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Problem with wait()

 
Piotr Nowakowski
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Hello,

When I execute the following code


a result is:
Waiting for Calc
Waiting for Calc
Waiting for Calc
Waiting for Calc
Waiting for Calc
TIME OUT
Result is = 99
TIME OUT
Result is = 99
TIME OUT
Result is = 99
TIME OUT
Result is = 99
TIME OUT
Result is = 99


so it surprisingly contains "TIME OUT" and "Result is = 99" lines although the Reader threads are (or should be) in the WAITING state.
The code wouldn't change its behaviour if I used notifyAll() after "done = true;" line in Calc class.

In my opinion a scenario for the code is:
1) one of the threads acquires lock on Calc object
1.1) if the thread is the Calc thread, it goes to sleep for at least 1 second
1.2) if the thread is one of the Reader thread, it changes its state to the WAITING state and release the lock (some other Reader threads can also change their state before Calc object acquires the lock)
2) others Reader threads change their state to WAITING and release the lock
3) Calc object acquires the lock and executes its code
4) Calc object release the lock (and don't execute any notify method)
5) Reader threads remain in WAITING state

but in that case the 5th step is following:
5*) Reader threads change their state to READY and then to RUNNING and they execute the rest of their code

Why does it happen ?
 
Chris Hurst
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We discussed a similar one to this a while back ....

I think you're missing Calc thread completes run, thread death causes all waiting threads to be signalled. It's a feature, I presume to get you out of the scenario you have written ;-) . Try adding the following system out and play with say add a second wait which waits forever where I have the println.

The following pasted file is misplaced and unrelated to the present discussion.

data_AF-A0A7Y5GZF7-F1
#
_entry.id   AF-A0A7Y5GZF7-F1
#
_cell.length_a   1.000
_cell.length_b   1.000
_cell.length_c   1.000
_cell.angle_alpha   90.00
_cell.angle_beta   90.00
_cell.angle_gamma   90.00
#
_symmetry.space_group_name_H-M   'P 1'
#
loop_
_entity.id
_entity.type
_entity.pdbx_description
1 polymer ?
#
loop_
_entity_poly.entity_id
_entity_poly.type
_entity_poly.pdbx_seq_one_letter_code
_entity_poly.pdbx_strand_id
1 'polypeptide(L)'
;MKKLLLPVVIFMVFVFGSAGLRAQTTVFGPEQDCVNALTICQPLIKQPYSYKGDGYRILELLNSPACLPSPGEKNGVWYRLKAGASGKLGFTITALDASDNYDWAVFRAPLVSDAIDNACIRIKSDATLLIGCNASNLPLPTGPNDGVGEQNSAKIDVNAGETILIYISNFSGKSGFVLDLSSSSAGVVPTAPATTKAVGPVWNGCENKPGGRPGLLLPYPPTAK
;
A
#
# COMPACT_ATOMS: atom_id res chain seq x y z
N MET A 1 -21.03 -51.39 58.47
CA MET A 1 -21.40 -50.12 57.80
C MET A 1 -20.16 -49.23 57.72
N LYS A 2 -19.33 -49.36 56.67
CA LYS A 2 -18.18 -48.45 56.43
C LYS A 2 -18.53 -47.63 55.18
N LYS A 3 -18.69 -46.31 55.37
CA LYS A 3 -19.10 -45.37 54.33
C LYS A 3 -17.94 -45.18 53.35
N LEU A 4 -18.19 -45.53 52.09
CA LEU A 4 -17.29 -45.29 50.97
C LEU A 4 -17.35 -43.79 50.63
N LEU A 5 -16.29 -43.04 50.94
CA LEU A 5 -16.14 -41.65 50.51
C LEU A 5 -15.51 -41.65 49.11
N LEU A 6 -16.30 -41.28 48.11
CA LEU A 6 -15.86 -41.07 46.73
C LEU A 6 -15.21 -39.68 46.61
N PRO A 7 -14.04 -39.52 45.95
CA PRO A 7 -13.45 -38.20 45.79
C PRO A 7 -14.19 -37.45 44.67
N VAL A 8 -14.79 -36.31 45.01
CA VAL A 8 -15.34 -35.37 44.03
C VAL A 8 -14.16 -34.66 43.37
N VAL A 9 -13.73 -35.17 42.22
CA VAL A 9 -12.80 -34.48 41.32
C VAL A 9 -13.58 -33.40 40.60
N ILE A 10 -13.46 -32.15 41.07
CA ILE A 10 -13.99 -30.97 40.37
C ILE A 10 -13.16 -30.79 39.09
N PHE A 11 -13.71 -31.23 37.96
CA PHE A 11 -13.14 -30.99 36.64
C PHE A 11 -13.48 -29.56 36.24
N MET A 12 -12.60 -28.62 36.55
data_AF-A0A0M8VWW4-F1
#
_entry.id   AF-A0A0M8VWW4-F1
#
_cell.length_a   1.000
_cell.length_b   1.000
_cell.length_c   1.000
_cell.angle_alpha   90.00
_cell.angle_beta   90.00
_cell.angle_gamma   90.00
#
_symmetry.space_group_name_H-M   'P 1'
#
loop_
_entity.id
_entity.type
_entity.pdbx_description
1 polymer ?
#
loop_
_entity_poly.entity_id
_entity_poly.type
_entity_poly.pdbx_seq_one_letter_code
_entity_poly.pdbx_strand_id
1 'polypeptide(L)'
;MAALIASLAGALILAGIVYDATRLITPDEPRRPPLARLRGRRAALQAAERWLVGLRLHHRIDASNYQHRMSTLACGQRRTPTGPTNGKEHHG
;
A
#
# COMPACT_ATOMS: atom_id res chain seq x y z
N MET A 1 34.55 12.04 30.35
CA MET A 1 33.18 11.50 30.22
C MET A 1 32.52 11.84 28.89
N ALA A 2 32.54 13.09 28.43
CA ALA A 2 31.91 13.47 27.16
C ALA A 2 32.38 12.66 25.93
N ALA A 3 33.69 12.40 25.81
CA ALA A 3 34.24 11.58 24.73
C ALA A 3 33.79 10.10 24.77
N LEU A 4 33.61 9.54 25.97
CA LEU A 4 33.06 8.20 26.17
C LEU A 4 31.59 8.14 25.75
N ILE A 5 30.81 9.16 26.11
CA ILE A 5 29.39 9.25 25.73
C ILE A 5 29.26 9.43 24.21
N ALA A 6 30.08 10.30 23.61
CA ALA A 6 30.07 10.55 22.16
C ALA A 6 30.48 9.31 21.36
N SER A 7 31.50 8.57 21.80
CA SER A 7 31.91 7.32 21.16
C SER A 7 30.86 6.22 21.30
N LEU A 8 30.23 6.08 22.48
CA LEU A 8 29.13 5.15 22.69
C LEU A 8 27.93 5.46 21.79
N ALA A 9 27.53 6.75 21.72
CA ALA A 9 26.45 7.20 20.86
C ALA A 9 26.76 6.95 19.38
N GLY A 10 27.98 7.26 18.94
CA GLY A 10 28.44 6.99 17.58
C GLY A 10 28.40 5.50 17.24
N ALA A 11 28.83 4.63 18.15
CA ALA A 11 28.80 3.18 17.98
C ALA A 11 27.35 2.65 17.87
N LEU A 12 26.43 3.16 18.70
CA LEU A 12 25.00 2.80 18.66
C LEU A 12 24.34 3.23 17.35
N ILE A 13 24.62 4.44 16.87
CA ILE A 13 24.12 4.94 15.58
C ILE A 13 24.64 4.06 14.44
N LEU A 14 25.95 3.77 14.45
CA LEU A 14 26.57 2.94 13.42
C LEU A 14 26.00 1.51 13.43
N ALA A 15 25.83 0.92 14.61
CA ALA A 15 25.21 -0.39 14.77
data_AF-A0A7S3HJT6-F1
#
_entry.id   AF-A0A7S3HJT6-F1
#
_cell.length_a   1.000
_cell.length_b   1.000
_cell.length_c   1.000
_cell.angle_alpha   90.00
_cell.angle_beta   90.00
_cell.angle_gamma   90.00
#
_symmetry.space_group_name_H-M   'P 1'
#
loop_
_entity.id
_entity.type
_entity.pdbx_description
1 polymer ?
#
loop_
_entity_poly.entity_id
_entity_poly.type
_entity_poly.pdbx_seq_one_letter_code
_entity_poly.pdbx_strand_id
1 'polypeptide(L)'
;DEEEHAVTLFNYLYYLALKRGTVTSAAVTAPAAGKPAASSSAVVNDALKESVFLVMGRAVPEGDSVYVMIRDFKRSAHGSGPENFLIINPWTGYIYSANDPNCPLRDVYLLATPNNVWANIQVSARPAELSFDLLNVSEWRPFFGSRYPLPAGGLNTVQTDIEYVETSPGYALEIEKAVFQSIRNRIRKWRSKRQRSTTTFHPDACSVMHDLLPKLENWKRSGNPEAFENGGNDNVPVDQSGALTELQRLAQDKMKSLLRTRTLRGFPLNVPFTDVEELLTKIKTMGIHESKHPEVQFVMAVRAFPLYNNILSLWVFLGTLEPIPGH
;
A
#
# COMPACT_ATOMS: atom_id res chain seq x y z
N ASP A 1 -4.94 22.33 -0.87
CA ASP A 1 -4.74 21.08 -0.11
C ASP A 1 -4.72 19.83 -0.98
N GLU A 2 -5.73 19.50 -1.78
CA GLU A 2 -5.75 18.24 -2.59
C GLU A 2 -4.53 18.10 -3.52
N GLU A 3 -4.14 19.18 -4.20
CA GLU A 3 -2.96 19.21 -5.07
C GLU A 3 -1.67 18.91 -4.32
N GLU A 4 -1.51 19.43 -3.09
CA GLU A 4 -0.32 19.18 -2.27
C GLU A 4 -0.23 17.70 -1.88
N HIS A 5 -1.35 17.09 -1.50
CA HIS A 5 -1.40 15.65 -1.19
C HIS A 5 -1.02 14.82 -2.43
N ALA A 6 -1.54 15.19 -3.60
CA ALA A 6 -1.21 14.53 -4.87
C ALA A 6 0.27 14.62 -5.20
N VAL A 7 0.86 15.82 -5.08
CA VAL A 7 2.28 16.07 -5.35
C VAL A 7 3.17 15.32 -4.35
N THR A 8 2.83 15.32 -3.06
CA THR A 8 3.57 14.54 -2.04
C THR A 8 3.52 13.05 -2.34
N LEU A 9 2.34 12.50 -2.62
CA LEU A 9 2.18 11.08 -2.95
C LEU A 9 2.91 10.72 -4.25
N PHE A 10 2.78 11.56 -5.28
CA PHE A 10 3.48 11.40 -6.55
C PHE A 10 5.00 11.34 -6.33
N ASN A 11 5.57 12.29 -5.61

Piotr Nowakowski
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Thanks for the reply, but is there any documentation/specification quote which says that "thread death causes all waiting threads to be signalled" ?
If I used different obejct as a lock - let's say Object lock = new Object() - the problem wouldn't occur and the threads would be in WAITING state.
So it means the thread death wouldn't cause all waiting threads to be notified, except for the case in which the object which is locked is the thread object itself.
 
Chris Hurst
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Yes to be clear it's because your waiting on the thread object.

There was another example of this in one of the earlier posts on this forum where we discussed it, hopefully in a bit more detail.
 
Chris Hurst
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Thinking about it ...

The formal documentation would go along the lines of 'spurious thread wake up' , i.e. java can wake up a thread any time its likes (as per unix) , this is covered by the documentation on object.wait i.e. you don't need a notify which is why you should test a variable when you wake up.

It happens that in this case the reason you wake up is because you were waiting on the thread object and that thread completed its run and effectively signalled. I believe this was a java change at some point ie some very old JVM's didn't do it and they did it to avoid the scenario you had and could make this change because the contract of wait allows it ;-)